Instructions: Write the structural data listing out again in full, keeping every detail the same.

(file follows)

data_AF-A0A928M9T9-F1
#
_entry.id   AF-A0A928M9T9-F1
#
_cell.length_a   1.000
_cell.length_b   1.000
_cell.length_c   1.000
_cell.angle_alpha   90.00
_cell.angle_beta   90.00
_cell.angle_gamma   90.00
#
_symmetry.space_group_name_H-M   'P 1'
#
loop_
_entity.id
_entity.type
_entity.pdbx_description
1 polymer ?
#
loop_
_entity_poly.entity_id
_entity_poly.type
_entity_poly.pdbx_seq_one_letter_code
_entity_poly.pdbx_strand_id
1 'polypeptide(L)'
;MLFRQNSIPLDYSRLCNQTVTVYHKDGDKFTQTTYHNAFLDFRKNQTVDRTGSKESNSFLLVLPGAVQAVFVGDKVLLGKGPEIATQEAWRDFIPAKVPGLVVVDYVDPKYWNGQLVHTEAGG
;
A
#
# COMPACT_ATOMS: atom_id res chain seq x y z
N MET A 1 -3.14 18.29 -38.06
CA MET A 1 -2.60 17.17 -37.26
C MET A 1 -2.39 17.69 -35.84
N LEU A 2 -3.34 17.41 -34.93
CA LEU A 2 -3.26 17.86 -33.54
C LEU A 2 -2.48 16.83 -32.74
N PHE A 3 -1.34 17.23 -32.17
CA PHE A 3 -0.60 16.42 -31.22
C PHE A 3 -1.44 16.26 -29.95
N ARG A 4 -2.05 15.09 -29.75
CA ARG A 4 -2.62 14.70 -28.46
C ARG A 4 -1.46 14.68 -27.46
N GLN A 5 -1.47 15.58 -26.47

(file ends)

data_AF-A0A928M9T9-F1
#
_entry.id   AF-A0A928M9T9-F1
#
_cell.length_a   1.000
_cell.length_b   1.000
_cell.length_c   1.000
_cell.angle_alpha   90.00
_cell.angle_beta   90.00
_cell.angle_gamma   90.00
#
_symmetry.space_group_name_H-M   'P 1'
#
loop_
_entity.id
_entity.type
_entity.pdbx_description
1 polymer ?
#
loop_
_entity_poly.entity_id
_entity_poly.type
_entity_poly.pdbx_seq_one_letter_code
_entity_poly.pdbx_strand_id
1 'polypeptide(L)'
;MLFRQNSIPLDYSRLCNQTVTVYHKDGDKFTQTTYHNAFLDFRKNQTVDRTGSKESNSFLLVLPGAVQAVFVGDKVLLGKGPEIATQEAWRDFIPAKVPGLVVVDYVDPKYWNGQLVHTEAGG
;
A
#
# COMPACT_ATOMS: atom_id res chain seq x y z
N MET A 1 -3.14 18.29 -38.06
CA MET A 1 -2.60 17.17 -37.26
C MET A 1 -2.39 17.69 -35.84
N LEU A 2 -3.34 17.41 -34.93
CA LEU A 2 -3.26 17.86 -33.54
C LEU A 2 -2.48 16.83 -32.74
N PHE A 3 -1.34 17.23 -32.17
CA PHE A 3 -0.60 16.42 -31.22
C PHE A 3 -1.44 16.26 -29.95
N ARG A 4 -2.05 15.09 -29.75
CA ARG A 4 -2.62 14.70 -28.46
C ARG A 4 -1.46 14.68 -27.46
N GLN A 5 -1.47 15.58 -26.47